Mum, at a dance outing tying the popular kili kili star wrapper

Ora nnoo nu nnoo, Ora bialu ije, nnoo nu nnoo”,
“Welcome dear guests that travelled down here”.

The singers would chant, while the dancers sang as well but focused more on doing the captivating dance routine with smiles on their faces.

The patrons, matrons, sponsors, VIPs and the husbands to the women would troupe out to spray naira notes on them, the monies sprayed would be immediately picked by select young women. At the end of it all, more pledges would be made to support the women group.

This was obtainable in the city as well. Here, my Mum was the Vice President of CWO Zone B and they usually had dance-offs or dance competitions amongst the Zones. The winners went home with trophies and cash prizes.

There was this occasion when my Mum and her troupe worked so hard, it was like they were preparing for a major sports event. We were glad when they came back with a trophy. They took the first position and were so elated that they danced from street to street, singing;

“Nekwa ndi nwa, nekwa ndi nwa a na-ekwu o, otu Chibuzo a bia nu, agbala na-aka ibe ya”

A victory song that pointed to them as the winners. Their group was known as “Otu Chibuzo”

One memory that sticks so clear was the ‘Oso Egwu‘ or dance outing that was had on our street then; Ideani Street, Omagba at Onitsha. I remember, they would call the lead dancers by their name and they would dance out and perform a complicated dance routine. When it got to my Mum’s turn, they chanted;

“Fashion Nwanyi nwayo kwa”, and the response “Obodo n’egwu anaa”;

“Woman of Fashion take it easy,” the response “my people the dance is ending”.

And she stepped forward with her horsetail held high, waist in a slight squatting position, shoulders quivering, waist and hips vibrating as she took rhythmic steps towards the patron and VIPs that day. It was beautiful.

My Mum danced into her years as a Grandma, she took part in the Egedege dance, a very energetic dance usually done by young maidens!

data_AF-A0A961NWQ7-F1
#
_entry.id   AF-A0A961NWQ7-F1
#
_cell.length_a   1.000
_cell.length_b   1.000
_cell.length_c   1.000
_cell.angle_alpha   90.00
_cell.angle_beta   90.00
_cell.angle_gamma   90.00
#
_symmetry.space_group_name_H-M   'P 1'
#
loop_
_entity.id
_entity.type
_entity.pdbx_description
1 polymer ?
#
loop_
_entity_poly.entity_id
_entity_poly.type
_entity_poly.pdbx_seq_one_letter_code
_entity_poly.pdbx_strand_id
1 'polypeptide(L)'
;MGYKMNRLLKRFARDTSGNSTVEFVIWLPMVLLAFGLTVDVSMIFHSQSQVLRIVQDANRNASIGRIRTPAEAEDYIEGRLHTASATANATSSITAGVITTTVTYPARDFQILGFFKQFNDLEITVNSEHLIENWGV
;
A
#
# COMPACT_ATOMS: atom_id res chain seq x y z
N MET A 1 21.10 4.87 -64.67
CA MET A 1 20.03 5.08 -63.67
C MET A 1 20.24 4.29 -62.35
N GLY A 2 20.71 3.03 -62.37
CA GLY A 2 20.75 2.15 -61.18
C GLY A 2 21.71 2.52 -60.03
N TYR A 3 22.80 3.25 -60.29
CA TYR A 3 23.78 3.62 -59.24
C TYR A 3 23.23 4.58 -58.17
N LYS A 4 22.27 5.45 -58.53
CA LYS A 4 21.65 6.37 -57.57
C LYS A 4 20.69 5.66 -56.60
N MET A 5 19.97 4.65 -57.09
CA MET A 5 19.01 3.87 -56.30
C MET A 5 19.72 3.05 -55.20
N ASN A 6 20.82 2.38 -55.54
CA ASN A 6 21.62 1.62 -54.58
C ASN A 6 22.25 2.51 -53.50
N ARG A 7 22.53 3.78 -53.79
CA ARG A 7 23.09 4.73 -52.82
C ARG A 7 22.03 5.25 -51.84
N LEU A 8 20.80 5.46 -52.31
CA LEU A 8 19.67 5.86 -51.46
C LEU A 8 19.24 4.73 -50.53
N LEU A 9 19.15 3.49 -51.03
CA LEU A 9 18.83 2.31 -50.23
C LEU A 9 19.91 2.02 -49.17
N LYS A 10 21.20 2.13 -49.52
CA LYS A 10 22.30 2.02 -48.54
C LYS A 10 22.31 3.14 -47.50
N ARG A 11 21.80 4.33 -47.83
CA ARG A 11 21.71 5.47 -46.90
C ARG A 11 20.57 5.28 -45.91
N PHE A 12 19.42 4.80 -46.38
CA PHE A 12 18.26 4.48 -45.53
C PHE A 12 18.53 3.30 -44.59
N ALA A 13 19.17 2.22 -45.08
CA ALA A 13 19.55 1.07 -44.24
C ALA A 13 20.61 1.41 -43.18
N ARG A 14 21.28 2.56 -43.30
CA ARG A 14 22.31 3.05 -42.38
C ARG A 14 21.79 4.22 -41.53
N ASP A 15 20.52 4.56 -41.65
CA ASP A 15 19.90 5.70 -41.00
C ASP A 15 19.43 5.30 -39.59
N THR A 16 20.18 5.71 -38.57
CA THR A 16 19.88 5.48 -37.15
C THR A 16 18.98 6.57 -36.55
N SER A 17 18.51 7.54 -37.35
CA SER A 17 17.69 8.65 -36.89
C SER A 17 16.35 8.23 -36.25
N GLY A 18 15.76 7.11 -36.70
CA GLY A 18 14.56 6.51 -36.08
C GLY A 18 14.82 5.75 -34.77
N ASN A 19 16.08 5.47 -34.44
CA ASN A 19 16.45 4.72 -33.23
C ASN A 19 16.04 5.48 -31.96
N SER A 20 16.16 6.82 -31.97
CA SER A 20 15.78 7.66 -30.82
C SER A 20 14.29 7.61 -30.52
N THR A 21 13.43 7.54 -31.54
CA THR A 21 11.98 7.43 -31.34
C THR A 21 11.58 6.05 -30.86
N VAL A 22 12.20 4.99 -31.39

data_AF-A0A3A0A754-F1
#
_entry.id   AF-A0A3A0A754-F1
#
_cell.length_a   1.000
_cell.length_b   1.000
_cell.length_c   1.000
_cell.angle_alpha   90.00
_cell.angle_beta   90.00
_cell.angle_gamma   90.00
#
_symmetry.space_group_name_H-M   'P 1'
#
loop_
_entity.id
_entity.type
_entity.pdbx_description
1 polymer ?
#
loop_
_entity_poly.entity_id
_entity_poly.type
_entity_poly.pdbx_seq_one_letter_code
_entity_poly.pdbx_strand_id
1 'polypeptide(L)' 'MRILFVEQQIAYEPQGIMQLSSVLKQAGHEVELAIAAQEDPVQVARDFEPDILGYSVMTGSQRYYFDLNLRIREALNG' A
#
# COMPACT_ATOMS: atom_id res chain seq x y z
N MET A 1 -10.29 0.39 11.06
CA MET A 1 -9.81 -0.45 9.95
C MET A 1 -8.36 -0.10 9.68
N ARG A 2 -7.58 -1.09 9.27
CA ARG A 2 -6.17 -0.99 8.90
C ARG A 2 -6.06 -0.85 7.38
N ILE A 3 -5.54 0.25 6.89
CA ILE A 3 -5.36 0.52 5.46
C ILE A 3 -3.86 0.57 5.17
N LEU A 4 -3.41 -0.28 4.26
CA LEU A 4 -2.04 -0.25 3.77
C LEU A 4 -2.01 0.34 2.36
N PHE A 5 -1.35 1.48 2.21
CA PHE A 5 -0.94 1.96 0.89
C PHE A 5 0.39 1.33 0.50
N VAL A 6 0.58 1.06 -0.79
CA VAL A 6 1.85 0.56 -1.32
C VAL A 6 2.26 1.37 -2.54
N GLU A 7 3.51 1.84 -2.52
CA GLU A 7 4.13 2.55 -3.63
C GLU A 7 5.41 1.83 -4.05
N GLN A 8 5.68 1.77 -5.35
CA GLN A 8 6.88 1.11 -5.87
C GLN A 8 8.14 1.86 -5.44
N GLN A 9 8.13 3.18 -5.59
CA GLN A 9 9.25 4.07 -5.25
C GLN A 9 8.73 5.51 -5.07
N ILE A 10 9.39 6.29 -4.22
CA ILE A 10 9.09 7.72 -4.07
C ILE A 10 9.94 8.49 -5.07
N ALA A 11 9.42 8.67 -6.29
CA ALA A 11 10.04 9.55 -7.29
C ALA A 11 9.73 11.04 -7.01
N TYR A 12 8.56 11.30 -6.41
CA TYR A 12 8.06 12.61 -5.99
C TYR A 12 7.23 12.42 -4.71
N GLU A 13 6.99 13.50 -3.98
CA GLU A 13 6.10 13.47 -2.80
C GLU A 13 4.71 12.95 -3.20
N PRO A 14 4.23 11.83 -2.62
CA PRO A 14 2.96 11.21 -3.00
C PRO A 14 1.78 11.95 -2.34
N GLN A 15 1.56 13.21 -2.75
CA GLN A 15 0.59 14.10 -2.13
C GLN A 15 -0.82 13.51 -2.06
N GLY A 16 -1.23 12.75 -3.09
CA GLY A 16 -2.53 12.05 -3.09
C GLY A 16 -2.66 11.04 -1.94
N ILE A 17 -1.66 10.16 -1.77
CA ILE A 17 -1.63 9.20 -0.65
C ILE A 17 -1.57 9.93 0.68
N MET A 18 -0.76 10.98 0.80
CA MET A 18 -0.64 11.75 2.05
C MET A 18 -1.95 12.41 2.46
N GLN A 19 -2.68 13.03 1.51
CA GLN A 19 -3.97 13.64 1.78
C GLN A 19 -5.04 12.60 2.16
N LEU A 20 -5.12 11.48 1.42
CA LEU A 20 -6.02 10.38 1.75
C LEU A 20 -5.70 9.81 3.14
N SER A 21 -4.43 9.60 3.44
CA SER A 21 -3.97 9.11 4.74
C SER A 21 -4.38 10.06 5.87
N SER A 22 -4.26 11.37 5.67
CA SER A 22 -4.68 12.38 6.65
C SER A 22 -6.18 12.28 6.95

I remember when I visited home for an event, and asked her about the dance and she mentioned that it was still on, though at this point, they had also introduced the modern dance done with band set in addition to the traditional dances.

Mum in her band uniform at the Catholic Church in Onitsha

During my Mum’s burial, there were about 3-4 dance presentations in her honour by her dance troupe, St. Ann Chigozie. The women were colourfully dressed in their regalia as they bade a final goodbye to their colleague and dancer in the language they knew best – Dance!

I would like to add that this dance was greatly therapeutic, the women in my Mum’s generation don’t have a lot of the priviledges that we do now but they had community, they had fellowship, they had the dance or the choir or the meetings where they could go without their plenty children or husband and be women, be leaders, express their creativity and achieve something.

I’m glad my Mum had her dance groups and I’m glad we joined in that final dance.

And as they would sing in one of their dances;

“Anu bi na mmili biko senyite, senyite n’enu ana k’anyi bulu gi lie,
onye no n’uwa na-elikwa ife di nma,
onye nosia n’uwa na o ga-ana ana.
Iyo iyo”

Which was generally a song calling on the sea animal to surface and be used for food because the people on the earth deserve to eat good stuff.

And the last line goes “He who is done staying on earth would return home”….

That was exactly what my Mum did on June 29th, 2019 when she took a peaceful bow and exited the earth.

Adieu Mummy.

The Storytela

#LadyBeneLivesOn

#InEverLovingMemory